changing it in my own li'l backyard.
or at least, that's how i try to live.
doesn't always work. my vision
is often not clear. i cling to what i know
the patterns of the past. i like
what you've said in earlier posts about
deliberately reinforcing the positive aspects
instead of dwelling on the negative.
it's a way to live within the world with something
approaching hope.



there are those who can dissociate
from the pain of others around them
there are those who can dissociate
from their own pain. y can't the human
animal learn from the pain, use its lesson
to transform the painful thing thru love?

i dunno. just questions i contemplate.
i like this translation of karma
`you're doing this`

that rings true for me.

i;m always grateful
to spend time with your thoughts.

l,
lynze

8:34 AM  
Blogger jim said...

i dunno

i think i asked to be born.

9:09 AM  
Blogger 21k said...

You need a huckleberry pie in your life

I got a couple you can slice into on my site ---

haha

as always your blog intrigues me

11:30 AM  
Blogger Radish King said...

How beautiful we are in our distress.

I try to write about this, to be brave and dive in. It isn't as easy as you'd think. Well, it's easy alright, but the backlash is tremendous, it seems, the balance seeking part. It's why art, for me, is not so healing and wonderful. For me, art is something that reaches up from the floor boards, and pinches, hard.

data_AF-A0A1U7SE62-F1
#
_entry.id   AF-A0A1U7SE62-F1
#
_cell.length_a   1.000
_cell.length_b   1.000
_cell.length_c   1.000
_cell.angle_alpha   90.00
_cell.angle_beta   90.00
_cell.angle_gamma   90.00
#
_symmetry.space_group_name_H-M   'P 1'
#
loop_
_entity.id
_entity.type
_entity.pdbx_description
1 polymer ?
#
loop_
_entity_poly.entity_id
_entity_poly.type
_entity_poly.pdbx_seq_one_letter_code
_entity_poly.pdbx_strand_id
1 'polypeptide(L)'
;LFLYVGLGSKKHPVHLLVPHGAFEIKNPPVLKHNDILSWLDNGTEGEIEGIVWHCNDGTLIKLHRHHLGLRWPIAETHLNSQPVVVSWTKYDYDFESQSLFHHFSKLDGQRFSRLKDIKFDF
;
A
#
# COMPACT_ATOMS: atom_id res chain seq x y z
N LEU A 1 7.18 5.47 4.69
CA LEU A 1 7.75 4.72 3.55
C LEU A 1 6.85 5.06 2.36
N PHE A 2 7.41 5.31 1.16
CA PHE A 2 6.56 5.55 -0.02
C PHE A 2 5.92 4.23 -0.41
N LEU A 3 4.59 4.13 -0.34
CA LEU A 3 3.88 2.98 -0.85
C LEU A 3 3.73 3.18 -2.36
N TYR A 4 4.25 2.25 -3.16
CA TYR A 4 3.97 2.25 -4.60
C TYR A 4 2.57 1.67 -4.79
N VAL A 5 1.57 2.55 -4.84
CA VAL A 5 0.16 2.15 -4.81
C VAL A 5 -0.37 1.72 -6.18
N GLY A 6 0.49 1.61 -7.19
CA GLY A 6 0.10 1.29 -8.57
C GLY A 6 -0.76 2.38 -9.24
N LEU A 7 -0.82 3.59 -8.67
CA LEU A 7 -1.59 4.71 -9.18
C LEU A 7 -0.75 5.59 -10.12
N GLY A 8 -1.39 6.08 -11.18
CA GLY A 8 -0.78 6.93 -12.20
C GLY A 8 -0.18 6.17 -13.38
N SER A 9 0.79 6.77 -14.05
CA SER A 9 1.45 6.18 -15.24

http://photos23.flickr.com/29114018_9084bee585.jpg

And so, music balances me. Mozart and Robert Schumann and the Bee. This is where I find joy.

Mm. There is something here, something in your art that makes me want to give up my secrets. And that disturbs me, the way seeing a really beautiful insect disturbs me.

4:53 PM  
Blogger OrphanedPoet said...

lovely way to live scott, the all-acceptance.


never been able to manage it.-
k

6:01 PM  
Blogger tearful dishwasher said...

Lynze-

I'm grateful for your thoughts on this musing about good and evil. I don't think there's anything wrong with wanting to change what's bad or stupid or evil in the world, but not being able to can beat you down just as much as the evil itself.

I think that one way to work on it is to look around at your own external situation and ask how that reflects your internal state, and then try to change the aspect of the internal state that might 'correspond' to the ugly one on the outside.

Anyway, so glad you stopped in. I think of you often. I hope you are well and happy.


Yrs-

Scott

6:33 PM  
Blogger tearful dishwasher said...

Jim-

They say we choose to be born, and we choose our parents and our place as well.

It makes sense to me.

Maybe the most advanced souls are the ones who are willing to suffer the most. Or maybe the other way 'round.


yrs-

Scott

6:41 PM  
Blogger tearful dishwasher said...

Rebecca-

Love that image link. Yes, art should be painful, discomforting, and achingly beautiful and real.

"Mm. There is something here, something in your art that makes me want to give up my secrets. And that disturbs me, the way seeing a really beautiful insect disturbs me."

That's one of the nicest things anyone's ever said about my work.

Thank you.

I'm all shy now.


yrs-

Scott




Karen-

I don't know how close I come to that goal, but I try to make room for it.


all the best.

6:48 PM  
Blogger Ms. Moon said...

We think way too much alike. And dare I say? We think too much. But we can't help it.

And my verification word is "paines."

12:25 PM